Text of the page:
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Ok, I'm back from the seminar and I'm still alive!
My wife and me left our home at about 10am on Friday, we were lucky to almost avoid the traffic (we were caught for just about 20 min, which is very good). We stopped and took some pictures near lake Tahoe at the vista point and were in Reno at about 3:30pm. My hotel was in downtown and the school where seminar was held is just 10 min drive.
In the evening semanar started. There were about 250 people there of different ranks, some even less experienced than me, which means - beginners. The facility was pretty big, but even then everybody was very cautious about falling. I started with David - very nice fellow who will take his Nidan test later this month. It was 5-th or 6-th seminar he is attending and he gave me the advices to ve careful when I throw or being thrown and go back on my feet as soon as possible. Those were valuable advices. That also made me a little tense in the beginning, but that feeling left me soon and I was able to enjoy myself. As usual (at least for Iwama style) we started with taino hanko, then kokyu nage and all following techniques were continuations and improvisations around these techniques. The class was not very hard, but it was hot inside because of so many people were in there. I had really good time, only one partner seemed not to care what he is doing, but that was the only encounter during the whole seminar. There were children there trying to look like grownups, there were grownups trying to be humble as children. I guess that's the rule
There were some moves which were taught a little bit different from what my sensei teaches, though O'Quinn sensei used to study under the same sensei - Saito Hitohiro's father. Later I asked Alison sensei about this and she explained that at the time my sensei was in Japan, the techniques were taught that way and they evolve after that. Even 31 jo kata done on the third day of the seminar was a little bit different variation. As sensei asked, we were trying to do the way Saito sensei is teaching and that was not very different. Overall - great teacher and very nice people.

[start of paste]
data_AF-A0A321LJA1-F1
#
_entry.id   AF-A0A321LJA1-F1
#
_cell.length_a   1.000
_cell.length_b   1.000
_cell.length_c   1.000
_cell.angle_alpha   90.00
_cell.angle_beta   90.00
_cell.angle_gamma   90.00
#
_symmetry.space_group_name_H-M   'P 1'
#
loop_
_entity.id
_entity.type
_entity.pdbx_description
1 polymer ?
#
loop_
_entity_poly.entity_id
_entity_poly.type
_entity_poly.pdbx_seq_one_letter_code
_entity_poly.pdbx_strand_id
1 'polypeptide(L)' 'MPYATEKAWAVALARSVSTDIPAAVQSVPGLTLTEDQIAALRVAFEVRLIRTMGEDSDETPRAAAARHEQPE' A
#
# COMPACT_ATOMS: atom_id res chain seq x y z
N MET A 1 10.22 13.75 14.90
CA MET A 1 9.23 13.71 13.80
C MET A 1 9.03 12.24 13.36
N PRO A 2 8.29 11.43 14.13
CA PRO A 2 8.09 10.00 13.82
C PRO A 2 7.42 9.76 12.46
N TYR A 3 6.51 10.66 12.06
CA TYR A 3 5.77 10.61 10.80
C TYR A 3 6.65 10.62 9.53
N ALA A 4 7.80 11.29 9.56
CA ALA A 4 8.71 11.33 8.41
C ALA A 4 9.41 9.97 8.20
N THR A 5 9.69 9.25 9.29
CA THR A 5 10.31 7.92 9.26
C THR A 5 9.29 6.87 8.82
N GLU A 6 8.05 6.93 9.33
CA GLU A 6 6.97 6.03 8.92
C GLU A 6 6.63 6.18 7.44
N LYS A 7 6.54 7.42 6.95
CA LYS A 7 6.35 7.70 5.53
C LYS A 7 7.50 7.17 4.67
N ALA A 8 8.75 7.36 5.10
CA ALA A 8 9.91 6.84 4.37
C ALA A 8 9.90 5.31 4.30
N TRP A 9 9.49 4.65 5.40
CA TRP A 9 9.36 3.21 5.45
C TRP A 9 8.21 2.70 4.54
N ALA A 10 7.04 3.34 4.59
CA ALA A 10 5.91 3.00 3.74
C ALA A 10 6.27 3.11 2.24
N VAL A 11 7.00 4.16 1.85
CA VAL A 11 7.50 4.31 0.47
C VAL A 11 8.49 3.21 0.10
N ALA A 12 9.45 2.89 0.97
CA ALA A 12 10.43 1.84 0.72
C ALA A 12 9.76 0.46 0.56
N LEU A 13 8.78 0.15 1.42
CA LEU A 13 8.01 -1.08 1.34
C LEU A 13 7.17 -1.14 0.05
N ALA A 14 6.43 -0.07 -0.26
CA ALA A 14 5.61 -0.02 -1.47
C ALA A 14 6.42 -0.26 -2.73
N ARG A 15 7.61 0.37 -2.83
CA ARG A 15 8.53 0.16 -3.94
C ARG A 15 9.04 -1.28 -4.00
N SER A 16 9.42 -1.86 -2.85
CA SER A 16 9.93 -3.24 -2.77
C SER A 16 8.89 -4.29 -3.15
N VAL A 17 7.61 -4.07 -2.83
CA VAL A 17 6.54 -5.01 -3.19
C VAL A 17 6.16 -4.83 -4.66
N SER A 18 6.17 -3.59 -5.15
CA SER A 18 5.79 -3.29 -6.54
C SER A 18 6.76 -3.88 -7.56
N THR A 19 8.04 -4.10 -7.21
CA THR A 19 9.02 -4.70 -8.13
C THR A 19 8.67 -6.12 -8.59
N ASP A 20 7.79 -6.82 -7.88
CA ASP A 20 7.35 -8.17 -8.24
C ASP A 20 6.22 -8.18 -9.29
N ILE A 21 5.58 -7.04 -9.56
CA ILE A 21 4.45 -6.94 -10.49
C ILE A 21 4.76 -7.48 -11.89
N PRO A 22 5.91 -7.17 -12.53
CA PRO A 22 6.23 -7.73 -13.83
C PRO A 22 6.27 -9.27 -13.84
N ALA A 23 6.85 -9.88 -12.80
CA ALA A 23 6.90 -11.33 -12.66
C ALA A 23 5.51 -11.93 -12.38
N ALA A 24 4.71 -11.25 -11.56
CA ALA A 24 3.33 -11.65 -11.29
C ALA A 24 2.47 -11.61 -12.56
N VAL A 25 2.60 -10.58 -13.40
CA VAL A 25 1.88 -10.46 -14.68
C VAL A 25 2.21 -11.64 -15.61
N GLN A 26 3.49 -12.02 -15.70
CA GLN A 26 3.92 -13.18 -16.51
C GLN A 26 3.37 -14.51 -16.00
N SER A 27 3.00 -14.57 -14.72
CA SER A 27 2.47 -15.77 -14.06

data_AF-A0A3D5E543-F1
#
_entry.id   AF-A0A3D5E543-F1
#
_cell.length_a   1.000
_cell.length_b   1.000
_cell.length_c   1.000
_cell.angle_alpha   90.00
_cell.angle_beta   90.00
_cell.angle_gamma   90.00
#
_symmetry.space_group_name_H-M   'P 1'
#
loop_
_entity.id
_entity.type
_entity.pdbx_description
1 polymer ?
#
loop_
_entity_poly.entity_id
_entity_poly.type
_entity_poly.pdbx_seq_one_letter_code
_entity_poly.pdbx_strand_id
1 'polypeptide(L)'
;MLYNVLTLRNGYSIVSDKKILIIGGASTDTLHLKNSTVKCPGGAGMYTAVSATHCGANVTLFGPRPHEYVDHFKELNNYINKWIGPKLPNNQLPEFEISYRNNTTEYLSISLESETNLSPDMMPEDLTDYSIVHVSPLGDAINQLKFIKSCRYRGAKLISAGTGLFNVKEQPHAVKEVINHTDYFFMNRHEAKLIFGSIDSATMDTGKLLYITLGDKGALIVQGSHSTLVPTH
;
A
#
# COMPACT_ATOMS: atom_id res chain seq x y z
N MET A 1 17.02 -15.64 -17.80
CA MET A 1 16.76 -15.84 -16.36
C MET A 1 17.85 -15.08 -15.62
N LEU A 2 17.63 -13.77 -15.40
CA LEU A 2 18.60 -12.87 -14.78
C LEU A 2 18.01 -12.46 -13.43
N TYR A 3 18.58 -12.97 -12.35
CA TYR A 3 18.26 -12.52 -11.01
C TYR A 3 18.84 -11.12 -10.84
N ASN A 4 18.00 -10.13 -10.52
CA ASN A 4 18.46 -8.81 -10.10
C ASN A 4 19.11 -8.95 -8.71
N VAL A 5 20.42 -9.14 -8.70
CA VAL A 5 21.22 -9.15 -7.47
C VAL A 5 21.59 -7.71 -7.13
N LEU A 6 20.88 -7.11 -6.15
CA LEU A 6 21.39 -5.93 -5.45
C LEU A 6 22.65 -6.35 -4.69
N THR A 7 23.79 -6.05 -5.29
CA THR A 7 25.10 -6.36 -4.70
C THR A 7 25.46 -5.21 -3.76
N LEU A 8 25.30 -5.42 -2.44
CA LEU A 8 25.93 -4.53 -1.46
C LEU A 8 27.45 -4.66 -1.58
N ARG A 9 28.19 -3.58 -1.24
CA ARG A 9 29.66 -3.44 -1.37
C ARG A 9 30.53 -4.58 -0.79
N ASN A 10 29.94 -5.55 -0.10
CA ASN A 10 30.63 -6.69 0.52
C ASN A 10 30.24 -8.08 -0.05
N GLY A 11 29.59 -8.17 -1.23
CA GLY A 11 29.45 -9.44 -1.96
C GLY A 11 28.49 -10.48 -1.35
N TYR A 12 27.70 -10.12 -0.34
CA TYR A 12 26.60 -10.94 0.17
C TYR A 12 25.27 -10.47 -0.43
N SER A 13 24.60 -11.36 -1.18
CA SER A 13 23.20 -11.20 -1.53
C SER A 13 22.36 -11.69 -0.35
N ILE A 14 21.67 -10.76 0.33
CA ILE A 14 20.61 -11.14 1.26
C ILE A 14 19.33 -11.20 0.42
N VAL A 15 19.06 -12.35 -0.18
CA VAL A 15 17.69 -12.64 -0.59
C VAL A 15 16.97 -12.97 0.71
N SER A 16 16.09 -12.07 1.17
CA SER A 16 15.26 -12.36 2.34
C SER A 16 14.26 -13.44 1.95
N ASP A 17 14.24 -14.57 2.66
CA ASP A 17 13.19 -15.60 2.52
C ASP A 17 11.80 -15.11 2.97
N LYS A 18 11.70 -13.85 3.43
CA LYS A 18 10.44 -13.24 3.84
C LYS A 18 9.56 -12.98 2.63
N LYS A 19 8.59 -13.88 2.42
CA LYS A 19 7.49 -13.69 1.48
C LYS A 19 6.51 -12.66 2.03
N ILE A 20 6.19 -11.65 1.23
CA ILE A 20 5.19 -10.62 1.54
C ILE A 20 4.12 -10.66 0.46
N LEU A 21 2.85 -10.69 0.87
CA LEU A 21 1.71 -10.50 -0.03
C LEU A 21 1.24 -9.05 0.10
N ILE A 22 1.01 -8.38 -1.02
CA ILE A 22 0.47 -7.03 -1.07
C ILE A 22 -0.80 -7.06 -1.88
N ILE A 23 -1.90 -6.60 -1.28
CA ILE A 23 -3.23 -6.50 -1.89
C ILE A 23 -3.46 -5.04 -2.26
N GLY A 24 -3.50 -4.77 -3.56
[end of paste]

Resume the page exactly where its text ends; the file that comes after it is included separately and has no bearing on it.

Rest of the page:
There were 10 bokens with master's writing which were sold 100 each, all money were given to the fond which supports Aikido in developing countries. A lot of people wanted to buy them, so there was a lottery. I did not feel worthy enaugh to have one yet, so I did not participate, but David did and he won the lottery. The best way you can gamble in Reno! David deserved that. He is the only person I know who reached Nidan in 3 years.
In the evening my wife demanded a little walking tour in Reno downtown. I was tired, but how can I deny her?
On the second day sensei talked a little about misogi and meditation. He explained the difference between Zen meditation and the meditation he was taught (I can't remember the name of that practice). I will not talk about this not to mislead people with my understanding of his words.
Then we went outside and were practicing boken suburis. Sensei was emphasising the importance of the basic movements - suburis and told us to practice them daily no matter what rank we are. Return to basics.
After lunch in a mexican restaurant (with a very delicious food I should mention) we continued the practice inside. This time the main portion was iriminage. The impressive (and a very dangerous technique) sensei has shown was an iriminage when the throw is performed by grabbing uke's head and throwin him. I'm not sure how to describe that, but I'm pretty sure there will be pictures posted here soon. Unfortunately it was not allowed to take pictures during the class. There were several people who were instructed to do that. I think you can find pictures on Aikido of Reno dojo website http://www.renoaikido.org.
In the evening there was a dojo party and I'll post some funny pitcures.
Third day was spent doing 31 jo kata and then partner practice with jo. That was the first time I did the whole kata. Then beginners were separated in a separate group and we were doing it very slowly and with a lot of precautions. Sensei's techniques were very precise, accurate and at the same time relaxed. That was very impressive.
I can't explain all the things taught at the seminar, but there were several ideas that stayed in me especially in the weapon practice. Important things like correct hanmi, timing, the place to look during partner practice, importance of keeping shoulders on the same horizontal line, "squizing" the weapon during a strike. I'm sure many of those things were already taught to me, but you get that when you get that.
In the end of the seminar sensei seemed pleased, he told us he is very sad that it's over and expressed his hopes to meet again. All dojos had a photo taken with sensei and the seminar was over. I hope I'll have a chance to do that again.